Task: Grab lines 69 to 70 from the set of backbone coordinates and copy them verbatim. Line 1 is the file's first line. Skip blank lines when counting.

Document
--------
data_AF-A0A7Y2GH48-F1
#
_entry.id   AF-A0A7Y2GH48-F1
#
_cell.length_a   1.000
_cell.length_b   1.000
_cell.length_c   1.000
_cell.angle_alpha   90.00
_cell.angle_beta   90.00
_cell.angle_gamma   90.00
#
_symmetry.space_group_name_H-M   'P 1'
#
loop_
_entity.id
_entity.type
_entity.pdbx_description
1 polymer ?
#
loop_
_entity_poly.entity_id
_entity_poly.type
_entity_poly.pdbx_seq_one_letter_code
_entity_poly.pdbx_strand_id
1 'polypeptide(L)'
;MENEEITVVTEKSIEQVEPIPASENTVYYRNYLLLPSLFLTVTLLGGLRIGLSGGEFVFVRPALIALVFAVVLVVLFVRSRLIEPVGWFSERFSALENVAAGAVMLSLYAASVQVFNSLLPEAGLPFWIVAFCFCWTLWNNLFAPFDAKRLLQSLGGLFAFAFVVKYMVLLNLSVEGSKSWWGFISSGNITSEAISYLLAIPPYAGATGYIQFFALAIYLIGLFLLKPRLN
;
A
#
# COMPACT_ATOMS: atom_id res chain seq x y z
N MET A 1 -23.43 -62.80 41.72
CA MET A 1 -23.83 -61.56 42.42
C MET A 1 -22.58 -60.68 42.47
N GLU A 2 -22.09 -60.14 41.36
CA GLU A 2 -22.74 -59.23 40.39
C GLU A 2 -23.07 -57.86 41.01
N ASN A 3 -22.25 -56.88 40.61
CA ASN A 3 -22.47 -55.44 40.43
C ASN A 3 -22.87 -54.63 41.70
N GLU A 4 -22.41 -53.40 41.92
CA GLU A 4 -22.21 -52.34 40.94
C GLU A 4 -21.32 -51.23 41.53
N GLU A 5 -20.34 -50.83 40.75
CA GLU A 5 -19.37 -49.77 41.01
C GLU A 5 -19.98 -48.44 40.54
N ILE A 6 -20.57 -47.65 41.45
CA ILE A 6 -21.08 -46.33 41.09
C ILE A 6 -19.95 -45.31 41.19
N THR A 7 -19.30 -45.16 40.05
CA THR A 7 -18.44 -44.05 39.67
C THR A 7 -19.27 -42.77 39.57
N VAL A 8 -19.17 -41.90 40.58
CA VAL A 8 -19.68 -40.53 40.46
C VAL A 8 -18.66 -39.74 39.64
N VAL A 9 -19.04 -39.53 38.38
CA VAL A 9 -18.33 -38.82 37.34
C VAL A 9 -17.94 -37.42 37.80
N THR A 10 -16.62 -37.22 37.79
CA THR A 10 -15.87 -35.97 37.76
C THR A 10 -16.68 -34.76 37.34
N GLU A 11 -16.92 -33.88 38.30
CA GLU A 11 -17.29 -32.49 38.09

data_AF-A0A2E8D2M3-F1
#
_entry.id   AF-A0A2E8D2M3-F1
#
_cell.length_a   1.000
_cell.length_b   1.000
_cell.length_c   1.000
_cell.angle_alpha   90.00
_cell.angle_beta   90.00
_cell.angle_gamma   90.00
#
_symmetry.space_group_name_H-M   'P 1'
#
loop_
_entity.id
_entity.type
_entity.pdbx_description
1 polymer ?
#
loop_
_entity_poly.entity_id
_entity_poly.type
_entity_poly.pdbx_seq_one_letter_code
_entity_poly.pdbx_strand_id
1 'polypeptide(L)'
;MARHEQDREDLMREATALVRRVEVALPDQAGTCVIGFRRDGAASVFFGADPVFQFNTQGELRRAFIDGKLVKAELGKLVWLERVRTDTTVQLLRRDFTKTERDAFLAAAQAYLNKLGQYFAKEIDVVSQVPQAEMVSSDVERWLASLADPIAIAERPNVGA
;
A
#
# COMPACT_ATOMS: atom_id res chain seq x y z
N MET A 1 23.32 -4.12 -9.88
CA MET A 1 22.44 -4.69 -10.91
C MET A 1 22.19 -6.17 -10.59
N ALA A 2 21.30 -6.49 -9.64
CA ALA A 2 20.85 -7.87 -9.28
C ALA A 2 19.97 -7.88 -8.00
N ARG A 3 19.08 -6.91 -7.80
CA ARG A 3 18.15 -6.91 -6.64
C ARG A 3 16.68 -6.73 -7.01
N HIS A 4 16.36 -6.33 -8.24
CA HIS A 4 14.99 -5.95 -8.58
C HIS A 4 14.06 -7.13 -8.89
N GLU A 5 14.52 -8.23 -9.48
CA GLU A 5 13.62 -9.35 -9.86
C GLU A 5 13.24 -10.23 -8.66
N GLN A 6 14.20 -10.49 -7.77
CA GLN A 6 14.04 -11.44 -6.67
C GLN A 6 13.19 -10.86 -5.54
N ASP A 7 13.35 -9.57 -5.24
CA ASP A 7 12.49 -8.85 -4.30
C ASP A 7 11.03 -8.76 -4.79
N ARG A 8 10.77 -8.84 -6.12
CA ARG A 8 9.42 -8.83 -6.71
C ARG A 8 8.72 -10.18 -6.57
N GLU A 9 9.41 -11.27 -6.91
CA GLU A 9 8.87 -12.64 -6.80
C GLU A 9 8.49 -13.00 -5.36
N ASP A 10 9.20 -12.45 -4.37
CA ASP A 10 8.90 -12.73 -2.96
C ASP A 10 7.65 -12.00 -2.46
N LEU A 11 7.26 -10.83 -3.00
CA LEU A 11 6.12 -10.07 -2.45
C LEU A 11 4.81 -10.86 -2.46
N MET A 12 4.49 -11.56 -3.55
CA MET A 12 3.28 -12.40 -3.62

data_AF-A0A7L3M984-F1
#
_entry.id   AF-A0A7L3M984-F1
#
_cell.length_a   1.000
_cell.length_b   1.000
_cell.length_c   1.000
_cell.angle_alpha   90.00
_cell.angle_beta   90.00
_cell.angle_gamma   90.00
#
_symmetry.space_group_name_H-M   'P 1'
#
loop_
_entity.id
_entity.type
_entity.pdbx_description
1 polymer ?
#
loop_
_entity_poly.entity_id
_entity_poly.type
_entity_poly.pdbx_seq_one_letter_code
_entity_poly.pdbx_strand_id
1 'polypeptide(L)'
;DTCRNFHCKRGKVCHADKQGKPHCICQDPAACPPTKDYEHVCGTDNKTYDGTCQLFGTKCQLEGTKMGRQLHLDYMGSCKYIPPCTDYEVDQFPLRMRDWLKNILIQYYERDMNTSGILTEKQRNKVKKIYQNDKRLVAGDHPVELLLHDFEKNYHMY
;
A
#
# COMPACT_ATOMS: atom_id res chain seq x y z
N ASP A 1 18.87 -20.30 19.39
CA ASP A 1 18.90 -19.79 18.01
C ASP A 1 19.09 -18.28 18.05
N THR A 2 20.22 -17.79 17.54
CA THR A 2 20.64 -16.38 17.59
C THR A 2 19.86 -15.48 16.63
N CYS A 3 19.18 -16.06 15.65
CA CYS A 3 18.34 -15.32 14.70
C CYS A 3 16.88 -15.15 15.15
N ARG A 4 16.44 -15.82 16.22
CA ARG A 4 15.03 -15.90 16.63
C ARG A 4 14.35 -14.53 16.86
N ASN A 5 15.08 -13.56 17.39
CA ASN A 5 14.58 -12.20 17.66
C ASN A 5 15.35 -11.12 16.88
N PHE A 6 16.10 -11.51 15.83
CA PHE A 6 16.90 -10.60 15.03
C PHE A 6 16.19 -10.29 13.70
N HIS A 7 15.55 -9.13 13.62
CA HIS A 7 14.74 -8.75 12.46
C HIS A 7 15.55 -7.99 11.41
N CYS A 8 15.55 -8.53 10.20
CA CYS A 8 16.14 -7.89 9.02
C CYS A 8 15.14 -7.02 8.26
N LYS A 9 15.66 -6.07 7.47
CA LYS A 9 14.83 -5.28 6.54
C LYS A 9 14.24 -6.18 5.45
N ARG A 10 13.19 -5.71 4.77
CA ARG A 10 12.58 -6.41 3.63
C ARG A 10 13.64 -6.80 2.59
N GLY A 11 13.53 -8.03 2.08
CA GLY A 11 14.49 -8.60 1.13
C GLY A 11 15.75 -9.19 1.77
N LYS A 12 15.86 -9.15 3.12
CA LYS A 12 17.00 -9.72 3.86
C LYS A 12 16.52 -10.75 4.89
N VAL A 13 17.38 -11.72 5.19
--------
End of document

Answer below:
_cell.length_c   1.000
_cell.angle_alpha   90.00